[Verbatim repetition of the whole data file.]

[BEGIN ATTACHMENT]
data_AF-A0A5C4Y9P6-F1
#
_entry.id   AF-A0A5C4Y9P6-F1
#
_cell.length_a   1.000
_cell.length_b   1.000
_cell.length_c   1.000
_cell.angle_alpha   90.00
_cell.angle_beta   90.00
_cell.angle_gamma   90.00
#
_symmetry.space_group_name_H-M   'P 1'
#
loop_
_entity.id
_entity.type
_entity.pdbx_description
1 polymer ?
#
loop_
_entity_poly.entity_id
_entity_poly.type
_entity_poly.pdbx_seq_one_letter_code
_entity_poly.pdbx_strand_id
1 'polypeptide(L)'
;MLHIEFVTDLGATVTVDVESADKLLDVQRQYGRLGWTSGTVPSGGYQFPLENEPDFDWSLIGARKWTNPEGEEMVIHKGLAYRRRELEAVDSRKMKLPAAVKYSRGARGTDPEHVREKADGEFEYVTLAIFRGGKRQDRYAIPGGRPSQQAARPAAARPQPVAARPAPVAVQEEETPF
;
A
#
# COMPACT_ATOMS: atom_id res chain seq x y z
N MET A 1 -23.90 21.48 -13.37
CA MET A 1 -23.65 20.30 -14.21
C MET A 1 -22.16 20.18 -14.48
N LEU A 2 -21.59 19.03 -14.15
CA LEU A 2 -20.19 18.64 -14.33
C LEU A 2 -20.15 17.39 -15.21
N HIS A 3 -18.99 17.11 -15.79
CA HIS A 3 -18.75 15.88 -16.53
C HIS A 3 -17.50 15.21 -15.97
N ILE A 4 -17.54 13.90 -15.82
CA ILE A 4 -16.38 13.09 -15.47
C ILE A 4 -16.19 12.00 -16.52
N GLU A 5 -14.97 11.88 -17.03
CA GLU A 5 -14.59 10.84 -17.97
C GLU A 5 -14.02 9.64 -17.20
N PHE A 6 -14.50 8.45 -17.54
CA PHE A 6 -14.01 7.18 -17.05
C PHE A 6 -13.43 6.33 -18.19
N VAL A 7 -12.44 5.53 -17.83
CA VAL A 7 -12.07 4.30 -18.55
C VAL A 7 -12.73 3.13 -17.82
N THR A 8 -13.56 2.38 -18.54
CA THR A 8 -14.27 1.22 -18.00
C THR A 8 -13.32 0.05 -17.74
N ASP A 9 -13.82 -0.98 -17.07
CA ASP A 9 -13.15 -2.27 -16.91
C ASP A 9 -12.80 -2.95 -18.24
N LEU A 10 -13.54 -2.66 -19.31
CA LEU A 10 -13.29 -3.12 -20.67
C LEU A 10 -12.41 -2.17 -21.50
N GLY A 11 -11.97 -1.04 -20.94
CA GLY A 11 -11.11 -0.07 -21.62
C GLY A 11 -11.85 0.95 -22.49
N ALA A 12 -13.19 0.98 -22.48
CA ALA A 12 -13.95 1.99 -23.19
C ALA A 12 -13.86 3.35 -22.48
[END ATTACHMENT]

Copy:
data_AF-A0A5C4Y9P6-F1
#
_entry.id   AF-A0A5C4Y9P6-F1
#
_cell.length_a   1.000
_cell.length_b   1.000
_cell.length_c   1.000
_cell.angle_alpha   90.00
_cell.angle_beta   90.00
_cell.angle_gamma   90.00
#
_symmetry.space_group_name_H-M   'P 1'
#
loop_
_entity.id
_entity.type
_entity.pdbx_description
1 polymer ?
#
loop_
_entity_poly.entity_id
_entity_poly.type
_entity_poly.pdbx_seq_one_letter_code
_entity_poly.pdbx_strand_id
1 'polypeptide(L)'
;MLHIEFVTDLGATVTVDVESADKLLDVQRQYGRLGWTSGTVPSGGYQFPLENEPDFDWSLIGARKWTNPEGEEMVIHKGLAYRRRELEAVDSRKMKLPAAVKYSRGARGTDPEHVREKADGEFEYVTLAIFRGGKRQDRYAIPGGRPSQQAARPAAARPQPVAARPAPVAVQEEETPF
;
A
#
# COMPACT_ATOMS: atom_id res chain seq x y z
N MET A 1 -23.90 21.48 -13.37
CA MET A 1 -23.65 20.30 -14.21
C MET A 1 -22.16 20.18 -14.48
N LEU A 2 -21.59 19.03 -14.15
CA LEU A 2 -20.19 18.64 -14.33
C LEU A 2 -20.15 17.39 -15.21
N HIS A 3 -18.99 17.11 -15.79
CA HIS A 3 -18.75 15.88 -16.53
C HIS A 3 -17.50 15.21 -15.97
N ILE A 4 -17.54 13.90 -15.82
CA ILE A 4 -16.38 13.09 -15.47
C ILE A 4 -16.19 12.00 -16.52
N GLU A 5 -14.97 11.88 -17.03
CA GLU A 5 -14.59 10.84 -17.97
C GLU A 5 -14.02 9.64 -17.20
N PHE A 6 -14.50 8.45 -17.54
CA PHE A 6 -14.01 7.18 -17.05
C PHE A 6 -13.43 6.33 -18.19
N VAL A 7 -12.44 5.53 -17.83
CA VAL A 7 -12.07 4.30 -18.55
C VAL A 7 -12.73 3.13 -17.82
N THR A 8 -13.56 2.38 -18.54
CA THR A 8 -14.27 1.22 -18.00
C THR A 8 -13.32 0.05 -17.74
N ASP A 9 -13.82 -0.98 -17.07
CA ASP A 9 -13.15 -2.27 -16.91
C ASP A 9 -12.80 -2.95 -18.24
N LEU A 10 -13.54 -2.66 -19.31
CA LEU A 10 -13.29 -3.12 -20.67
C LEU A 10 -12.41 -2.17 -21.50
N GLY A 11 -11.97 -1.04 -20.94
CA GLY A 11 -11.11 -0.07 -21.62
C GLY A 11 -11.85 0.95 -22.49
N ALA A 12 -13.19 0.98 -22.48
CA ALA A 12 -13.95 1.99 -23.19
C ALA A 12 -13.86 3.35 -22.48